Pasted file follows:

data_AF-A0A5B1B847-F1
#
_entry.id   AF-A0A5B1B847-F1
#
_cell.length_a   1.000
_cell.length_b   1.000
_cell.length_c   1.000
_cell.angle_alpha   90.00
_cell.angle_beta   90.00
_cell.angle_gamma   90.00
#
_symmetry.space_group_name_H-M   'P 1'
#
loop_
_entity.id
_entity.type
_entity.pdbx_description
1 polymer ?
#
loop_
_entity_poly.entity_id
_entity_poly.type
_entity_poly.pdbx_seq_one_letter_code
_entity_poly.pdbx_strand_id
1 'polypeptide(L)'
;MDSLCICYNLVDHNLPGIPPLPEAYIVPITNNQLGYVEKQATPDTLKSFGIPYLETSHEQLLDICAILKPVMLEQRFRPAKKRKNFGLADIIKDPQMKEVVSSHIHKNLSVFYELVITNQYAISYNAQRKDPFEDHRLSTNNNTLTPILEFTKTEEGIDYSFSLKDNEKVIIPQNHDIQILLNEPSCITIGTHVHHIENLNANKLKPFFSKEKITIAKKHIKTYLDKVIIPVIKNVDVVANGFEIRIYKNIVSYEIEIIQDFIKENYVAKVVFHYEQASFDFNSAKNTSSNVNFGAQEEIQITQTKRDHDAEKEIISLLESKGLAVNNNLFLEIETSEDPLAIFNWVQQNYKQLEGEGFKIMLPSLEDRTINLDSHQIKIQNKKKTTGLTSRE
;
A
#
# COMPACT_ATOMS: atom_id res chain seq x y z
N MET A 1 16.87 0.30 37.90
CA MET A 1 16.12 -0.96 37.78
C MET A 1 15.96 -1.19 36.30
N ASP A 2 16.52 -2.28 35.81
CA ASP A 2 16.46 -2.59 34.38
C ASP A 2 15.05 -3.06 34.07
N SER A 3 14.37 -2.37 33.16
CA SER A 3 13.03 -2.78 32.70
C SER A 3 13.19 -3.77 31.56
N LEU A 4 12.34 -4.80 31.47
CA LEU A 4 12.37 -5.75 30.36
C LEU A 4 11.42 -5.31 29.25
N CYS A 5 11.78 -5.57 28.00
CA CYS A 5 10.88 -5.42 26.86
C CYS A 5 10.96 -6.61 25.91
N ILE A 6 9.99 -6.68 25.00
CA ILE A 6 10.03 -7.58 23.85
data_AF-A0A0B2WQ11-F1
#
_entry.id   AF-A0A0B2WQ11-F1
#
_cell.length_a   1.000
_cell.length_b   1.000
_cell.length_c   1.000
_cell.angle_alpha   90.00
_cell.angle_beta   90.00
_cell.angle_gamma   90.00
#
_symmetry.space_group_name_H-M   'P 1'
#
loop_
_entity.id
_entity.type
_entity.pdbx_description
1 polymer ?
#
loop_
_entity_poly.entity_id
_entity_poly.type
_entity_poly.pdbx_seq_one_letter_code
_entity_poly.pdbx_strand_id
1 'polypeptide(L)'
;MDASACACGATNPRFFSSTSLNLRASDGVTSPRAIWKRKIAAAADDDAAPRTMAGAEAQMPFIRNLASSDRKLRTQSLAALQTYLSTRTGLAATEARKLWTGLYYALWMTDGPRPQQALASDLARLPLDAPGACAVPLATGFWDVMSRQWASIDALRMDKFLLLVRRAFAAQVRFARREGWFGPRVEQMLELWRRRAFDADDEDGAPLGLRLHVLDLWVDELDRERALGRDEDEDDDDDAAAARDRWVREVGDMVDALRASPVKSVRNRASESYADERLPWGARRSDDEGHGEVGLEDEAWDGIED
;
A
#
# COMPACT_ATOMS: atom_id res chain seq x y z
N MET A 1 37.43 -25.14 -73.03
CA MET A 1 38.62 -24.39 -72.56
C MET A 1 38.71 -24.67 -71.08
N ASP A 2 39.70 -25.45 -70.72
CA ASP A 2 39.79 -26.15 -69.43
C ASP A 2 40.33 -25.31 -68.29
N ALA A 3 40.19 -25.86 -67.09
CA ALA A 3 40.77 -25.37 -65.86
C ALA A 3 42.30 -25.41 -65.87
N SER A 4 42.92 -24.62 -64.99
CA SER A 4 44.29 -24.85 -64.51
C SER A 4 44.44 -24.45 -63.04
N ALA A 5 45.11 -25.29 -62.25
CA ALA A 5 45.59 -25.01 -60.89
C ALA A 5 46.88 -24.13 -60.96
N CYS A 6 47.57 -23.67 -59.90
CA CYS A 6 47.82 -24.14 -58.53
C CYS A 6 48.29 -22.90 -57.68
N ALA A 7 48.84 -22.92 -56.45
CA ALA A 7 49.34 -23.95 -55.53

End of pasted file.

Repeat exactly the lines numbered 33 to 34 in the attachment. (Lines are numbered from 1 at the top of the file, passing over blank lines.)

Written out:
C MET A 1 15.96 -1.19 36.30
N ASP A 2 16.52 -2.28 35.81